Furthermore, in all cases, the health care professionals should recognize the use of a pacifier as a parental choice, which is determined by the needs of their infant [1].

Infection

To avoid infection, pacifiers should be cleaned often and replaced regularly [12]. They should never be shared among siblings and never licked to clean them. Parents should consider having several pacifiers available so as to rotate them through cycles of cleaning and use during the day [44].

In a happy infant, a pacifier should be used for pacifying, to support sleep and self-regulation and not as a plug. Furthermore, bigger children should rather not be using a pacifier when playing and walking around, and do not need the pacifier to support with soothing [49].

Design safety

A pacifier should be a single-piece unit and made of durable material to prevent parts from dislodging and posing a choking hazard. It should be replaced when worn, and never tied with a string to the crib or around a child’s neck or hand [12, 44]. A symmetrical nipple shape allows the pacifier to remain in the correct sucking position [22]. Flanges should have minimum horizontal and vertical dimensions of 43 mm to prevent the pacifier from lodging in the soft palate, and manufacturers should be required to place a ring behind the flange for removal in case of aspiration [22, 44]. Pacifiers should have a large shield that is wider than the child’s mouth (just over 3 cm in diameter) [12, 44].

Shields should have ventilation holes, which are essential to permit air passage [12, 22, 44], with a textured inner surface to help to prevent irritation and rashes that result from trapped saliva [22].

Cessation of pacifier use

Pacifier use should not be actively discouraged and may be especially beneficial in the first six months of life. The American Academy of Pediatrics and the American Academy of Family Physicians recommend weaning children from pacifiers in the second six months of life to prevent otitis media and Sexton and Natale support this recommendation, in support of avoiding dental problems [11].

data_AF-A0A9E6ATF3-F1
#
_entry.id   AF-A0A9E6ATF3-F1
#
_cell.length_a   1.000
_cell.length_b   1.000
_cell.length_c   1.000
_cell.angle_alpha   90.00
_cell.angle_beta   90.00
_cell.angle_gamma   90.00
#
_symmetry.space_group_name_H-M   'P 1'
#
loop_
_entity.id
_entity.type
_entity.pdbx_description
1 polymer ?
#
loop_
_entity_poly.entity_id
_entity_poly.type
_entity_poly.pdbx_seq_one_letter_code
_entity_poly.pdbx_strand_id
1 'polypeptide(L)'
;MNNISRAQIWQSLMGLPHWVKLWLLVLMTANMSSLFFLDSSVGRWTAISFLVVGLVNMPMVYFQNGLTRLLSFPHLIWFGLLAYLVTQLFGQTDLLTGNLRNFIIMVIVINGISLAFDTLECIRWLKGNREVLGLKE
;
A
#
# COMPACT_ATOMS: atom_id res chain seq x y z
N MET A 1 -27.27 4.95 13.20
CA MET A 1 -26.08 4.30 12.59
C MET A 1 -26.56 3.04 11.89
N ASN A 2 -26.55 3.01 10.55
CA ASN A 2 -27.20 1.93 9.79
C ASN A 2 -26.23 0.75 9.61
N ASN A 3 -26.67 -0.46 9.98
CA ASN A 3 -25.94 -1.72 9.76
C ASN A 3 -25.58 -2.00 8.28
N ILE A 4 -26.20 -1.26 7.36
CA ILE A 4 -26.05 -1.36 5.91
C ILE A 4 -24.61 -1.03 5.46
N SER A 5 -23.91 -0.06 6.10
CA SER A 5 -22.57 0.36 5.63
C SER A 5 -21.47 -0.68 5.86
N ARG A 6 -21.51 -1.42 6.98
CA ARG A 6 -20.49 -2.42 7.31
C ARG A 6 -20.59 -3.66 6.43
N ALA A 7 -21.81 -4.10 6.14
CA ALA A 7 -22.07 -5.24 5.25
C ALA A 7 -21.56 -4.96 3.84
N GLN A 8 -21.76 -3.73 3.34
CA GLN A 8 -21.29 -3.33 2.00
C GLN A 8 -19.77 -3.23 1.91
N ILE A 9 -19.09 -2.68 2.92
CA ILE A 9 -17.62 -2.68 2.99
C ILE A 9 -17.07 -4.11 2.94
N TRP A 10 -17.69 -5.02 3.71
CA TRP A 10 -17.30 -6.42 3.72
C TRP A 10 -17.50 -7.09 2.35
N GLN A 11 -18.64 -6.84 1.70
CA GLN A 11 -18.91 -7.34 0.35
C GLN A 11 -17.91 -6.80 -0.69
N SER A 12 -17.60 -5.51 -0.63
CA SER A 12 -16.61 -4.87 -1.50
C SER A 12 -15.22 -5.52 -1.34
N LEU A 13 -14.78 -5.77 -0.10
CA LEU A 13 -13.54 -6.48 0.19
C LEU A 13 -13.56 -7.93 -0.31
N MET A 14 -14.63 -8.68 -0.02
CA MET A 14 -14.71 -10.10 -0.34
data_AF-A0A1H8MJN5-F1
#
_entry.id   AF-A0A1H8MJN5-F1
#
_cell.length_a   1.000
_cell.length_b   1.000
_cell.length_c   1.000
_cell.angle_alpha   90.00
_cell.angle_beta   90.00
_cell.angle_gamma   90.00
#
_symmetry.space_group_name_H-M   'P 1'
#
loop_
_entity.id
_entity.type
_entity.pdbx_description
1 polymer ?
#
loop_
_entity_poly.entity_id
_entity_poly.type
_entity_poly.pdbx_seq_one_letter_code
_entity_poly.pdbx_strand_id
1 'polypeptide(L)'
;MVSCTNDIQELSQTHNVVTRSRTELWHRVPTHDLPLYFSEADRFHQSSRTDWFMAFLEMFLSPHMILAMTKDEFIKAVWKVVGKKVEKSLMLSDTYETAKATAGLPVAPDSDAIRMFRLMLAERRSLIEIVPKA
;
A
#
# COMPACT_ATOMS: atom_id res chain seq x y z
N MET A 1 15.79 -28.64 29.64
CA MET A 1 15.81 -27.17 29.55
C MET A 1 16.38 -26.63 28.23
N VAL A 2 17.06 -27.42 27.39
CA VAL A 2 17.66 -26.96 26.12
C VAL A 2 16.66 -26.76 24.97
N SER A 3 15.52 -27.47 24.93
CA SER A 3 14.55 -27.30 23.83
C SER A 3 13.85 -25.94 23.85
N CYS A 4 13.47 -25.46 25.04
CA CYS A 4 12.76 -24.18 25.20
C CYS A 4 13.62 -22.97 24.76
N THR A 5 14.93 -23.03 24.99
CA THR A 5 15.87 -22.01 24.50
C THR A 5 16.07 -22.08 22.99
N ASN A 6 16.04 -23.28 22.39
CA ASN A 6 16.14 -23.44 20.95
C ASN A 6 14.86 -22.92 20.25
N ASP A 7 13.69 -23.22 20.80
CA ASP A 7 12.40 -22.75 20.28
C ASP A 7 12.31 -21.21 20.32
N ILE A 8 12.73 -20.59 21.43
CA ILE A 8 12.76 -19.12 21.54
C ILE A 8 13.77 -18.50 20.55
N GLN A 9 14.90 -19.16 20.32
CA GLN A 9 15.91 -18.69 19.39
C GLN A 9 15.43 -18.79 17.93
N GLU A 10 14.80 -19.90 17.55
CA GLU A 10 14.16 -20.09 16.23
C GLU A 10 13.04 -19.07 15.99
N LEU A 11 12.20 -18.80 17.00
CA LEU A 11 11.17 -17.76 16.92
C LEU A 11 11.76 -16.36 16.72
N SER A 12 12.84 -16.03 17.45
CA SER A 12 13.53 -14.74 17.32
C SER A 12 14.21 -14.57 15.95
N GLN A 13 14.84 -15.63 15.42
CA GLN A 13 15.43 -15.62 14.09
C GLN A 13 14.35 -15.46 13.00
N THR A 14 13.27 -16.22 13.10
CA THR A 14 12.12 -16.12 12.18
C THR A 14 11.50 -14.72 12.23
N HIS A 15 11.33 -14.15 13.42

Cessation of pacifier use is recommended by various authors. Although they vary regarding cessation age, they agree that curtailing should start at the age of three years and that the habit should be discontinued by or before the age of four years to minimize the development of malocclusion [22, 44]. From a speech therapy perspective, clinicians recommend cessation at 14 months of age to prevent interference with speech. Since these recommendations seem to be conflicting we suggest weaning from as early as six months and if the situation requires, not later than four years of age.

Recommendations for future research

It was evident from the review of the available literature that there are many different aspects which influence the safe use of pacifiers in both the full term and ill or preterm infant populations. Furthermore, it was clear from the literature that even within the breastfeeding and baby-friendly hospital environment there is a need for the use of pacifier is specific circumstances. These circumstances have been identified, however studies exploring the benefits of pacifier use in different age ranges, feeding practices, presence of deficits and medical conditions with clear guidelines for implementation were not documented in the literature. Systematic reviews have been done to determine the benefits of NNS, but can be expanded by exploring benefits specific to specific age groups and medical conditions. Limited research is available on the best design of pacifiers, and whether this is the best method of providing NNS. Research on design of pacifiers for both the preterm and fullterm infants can thus be useful. Finally, risks associated with pacifier use should further be explored and identified for various age groups, levels of illness and other differentiating circumstances Table 2.